# What is Historically Enlightened Performance?
> [!box] **Historically Enlightened Performance** (**HEP**) is a term I coined in early 2022 to describe what I’ve been working towards for the last 40 years or so.
> The Covid-19 lockdowns in 2020 and 2021 gave me a lot of time for reflection. 😀
The stated aim of the [Early Music Revival](https://en.wikipedia.org/wiki/Early_music_revival) (well established by the second half of the 20th century) was **‘authentic’ performance**. As this implies an unachievable absolute historical accuracy, the designation [Historically Informed Performance](https://en.wikipedia.org/wiki/Historically_informed_performance) (**HIP**) is now preferred.
HIP is cool. HIP is fashionable. And is often used in the marketing of performances and recordings.
> [!box] I prefer the designation **Historically Enlightened Performance** (**HEP**).
Not only is **HEP** an older version of the word HIP—in the 1930s a **hep-cat** was a stylish or fashionable person, especially in the sphere of jazz or popular music—but it better encapsulates what we are trying to achieve.
> [!box] **HIP** is a step along the way to **HEP**.
**HEP** highlights the role of **education** and **curiosity** in music performance, encouraging performers to ask “Why should I do this?” instead of merely following instructions.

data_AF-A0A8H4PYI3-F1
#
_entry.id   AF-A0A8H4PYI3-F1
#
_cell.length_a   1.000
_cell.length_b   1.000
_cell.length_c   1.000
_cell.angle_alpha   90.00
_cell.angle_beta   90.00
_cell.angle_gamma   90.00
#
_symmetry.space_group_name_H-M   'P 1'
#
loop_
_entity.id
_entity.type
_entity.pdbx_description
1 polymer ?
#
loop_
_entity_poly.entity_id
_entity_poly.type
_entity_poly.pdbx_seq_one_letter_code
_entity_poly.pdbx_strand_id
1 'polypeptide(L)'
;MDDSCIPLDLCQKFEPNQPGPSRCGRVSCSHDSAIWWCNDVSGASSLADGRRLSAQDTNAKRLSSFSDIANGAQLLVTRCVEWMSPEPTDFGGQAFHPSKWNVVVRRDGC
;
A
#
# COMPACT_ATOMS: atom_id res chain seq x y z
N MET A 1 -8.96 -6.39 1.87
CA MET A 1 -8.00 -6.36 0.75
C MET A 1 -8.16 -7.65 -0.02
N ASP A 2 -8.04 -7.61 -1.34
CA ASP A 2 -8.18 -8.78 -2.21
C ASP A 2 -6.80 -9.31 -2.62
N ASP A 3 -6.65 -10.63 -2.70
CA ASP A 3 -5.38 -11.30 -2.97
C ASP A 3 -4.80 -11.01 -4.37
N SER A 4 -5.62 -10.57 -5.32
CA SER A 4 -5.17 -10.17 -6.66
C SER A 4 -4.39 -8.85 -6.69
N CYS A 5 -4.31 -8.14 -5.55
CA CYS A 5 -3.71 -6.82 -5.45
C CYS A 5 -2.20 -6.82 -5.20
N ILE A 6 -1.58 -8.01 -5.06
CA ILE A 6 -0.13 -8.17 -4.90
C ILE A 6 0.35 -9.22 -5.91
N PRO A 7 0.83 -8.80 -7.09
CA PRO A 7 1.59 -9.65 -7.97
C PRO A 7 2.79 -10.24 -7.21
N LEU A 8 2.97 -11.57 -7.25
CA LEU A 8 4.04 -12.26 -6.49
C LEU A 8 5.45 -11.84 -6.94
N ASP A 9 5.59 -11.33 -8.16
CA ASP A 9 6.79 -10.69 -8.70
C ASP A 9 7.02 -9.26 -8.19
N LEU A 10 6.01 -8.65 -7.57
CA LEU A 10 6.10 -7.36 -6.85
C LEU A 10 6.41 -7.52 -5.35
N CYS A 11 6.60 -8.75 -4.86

## Being Informed versus Being Enlightened
The classic _**How to Read a Book**_ (1940, rev. ed. 1972) by Adler and Van Doren makes the important distinction between being informed and being enlightened:
> To be **informed** is to know simply that something is the case.
> To be **enlightened** is to know, in addition, what it is all about: why it is the case, what its connections are with other facts, in what respects it is the same, in what respects it is different, and so forth. …
> **Enlightenment** is achieved only when, in addition to knowing what an author says, you know what he means and why he says it.
> — Adler and Van Doren
To be enlightened is to have a deep understanding. Understanding leads to insight and comfort with the data.
Quantz talks about this in the Preface to his [[§ Quantz on Performance|Versuch]] (1752). He says that he has endeavoured to purify his taste ‘through long experience and reflection.’ He expands on this in the Introduction:
> For everything in music that is done without reflection and deliberation, and simply, as it were, as a pastime, is without profit. Industry founded upon ardent love and insatiable enthusiasm for music must be united with constant and diligent inquiry, and mature reflection and examination.
> — Johann Joachim Quantz
He is describing the search for explanations and understanding, for enlightenment. This is education (discovery) and not just training.
> [!important] Curiosity is key and you need to do the work.
> [!link] Related Links
> - [[The Task of Historical Performance]]
> - [[Historical Performance - An Introduction]]
> - [[The Performer as Orator]]
<small>© Greg Dikmans</small>